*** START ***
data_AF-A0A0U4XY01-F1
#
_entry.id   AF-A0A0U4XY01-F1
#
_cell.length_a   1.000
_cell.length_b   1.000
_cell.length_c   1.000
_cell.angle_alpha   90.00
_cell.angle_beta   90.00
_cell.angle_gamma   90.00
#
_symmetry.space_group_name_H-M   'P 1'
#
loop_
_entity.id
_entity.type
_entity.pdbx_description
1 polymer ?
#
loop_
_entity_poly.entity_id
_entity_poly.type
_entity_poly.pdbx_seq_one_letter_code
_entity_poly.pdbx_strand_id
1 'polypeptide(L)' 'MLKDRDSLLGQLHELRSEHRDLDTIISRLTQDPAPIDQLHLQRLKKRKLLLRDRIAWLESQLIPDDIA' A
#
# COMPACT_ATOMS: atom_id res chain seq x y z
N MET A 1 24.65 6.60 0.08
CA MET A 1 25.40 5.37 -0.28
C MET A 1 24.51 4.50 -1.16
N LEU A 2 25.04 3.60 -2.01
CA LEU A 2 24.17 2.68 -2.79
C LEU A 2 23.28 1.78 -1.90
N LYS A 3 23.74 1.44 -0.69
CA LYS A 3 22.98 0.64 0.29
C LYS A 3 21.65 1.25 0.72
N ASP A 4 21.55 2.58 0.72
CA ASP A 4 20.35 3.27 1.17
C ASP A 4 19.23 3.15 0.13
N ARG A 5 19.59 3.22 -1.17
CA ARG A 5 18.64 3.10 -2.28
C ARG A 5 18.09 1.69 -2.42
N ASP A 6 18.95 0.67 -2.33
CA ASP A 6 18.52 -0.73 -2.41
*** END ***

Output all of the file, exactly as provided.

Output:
data_AF-A0A0U4XY01-F1
#
_entry.id   AF-A0A0U4XY01-F1
#
_cell.length_a   1.000
_cell.length_b   1.000
_cell.length_c   1.000
_cell.angle_alpha   90.00
_cell.angle_beta   90.00
_cell.angle_gamma   90.00
#
_symmetry.space_group_name_H-M   'P 1'
#
loop_
_entity.id
_entity.type
_entity.pdbx_description
1 polymer ?
#
loop_
_entity_poly.entity_id
_entity_poly.type
_entity_poly.pdbx_seq_one_letter_code
_entity_poly.pdbx_strand_id
1 'polypeptide(L)' 'MLKDRDSLLGQLHELRSEHRDLDTIISRLTQDPAPIDQLHLQRLKKRKLLLRDRIAWLESQLIPDDIA' A
#
# COMPACT_ATOMS: atom_id res chain seq x y z
N MET A 1 24.65 6.60 0.08
CA MET A 1 25.40 5.37 -0.28
C MET A 1 24.51 4.50 -1.16
N LEU A 2 25.04 3.60 -2.01
CA LEU A 2 24.17 2.68 -2.79
C LEU A 2 23.28 1.78 -1.90
N LYS A 3 23.74 1.44 -0.69
CA LYS A 3 22.98 0.64 0.29
C LYS A 3 21.65 1.25 0.72
N ASP A 4 21.55 2.58 0.72
CA ASP A 4 20.35 3.27 1.17
C ASP A 4 19.23 3.15 0.13
N ARG A 5 19.59 3.22 -1.17
CA ARG A 5 18.64 3.10 -2.28
C ARG A 5 18.09 1.69 -2.42
N ASP A 6 18.95 0.67 -2.33
CA ASP A 6 18.52 -0.73 -2.41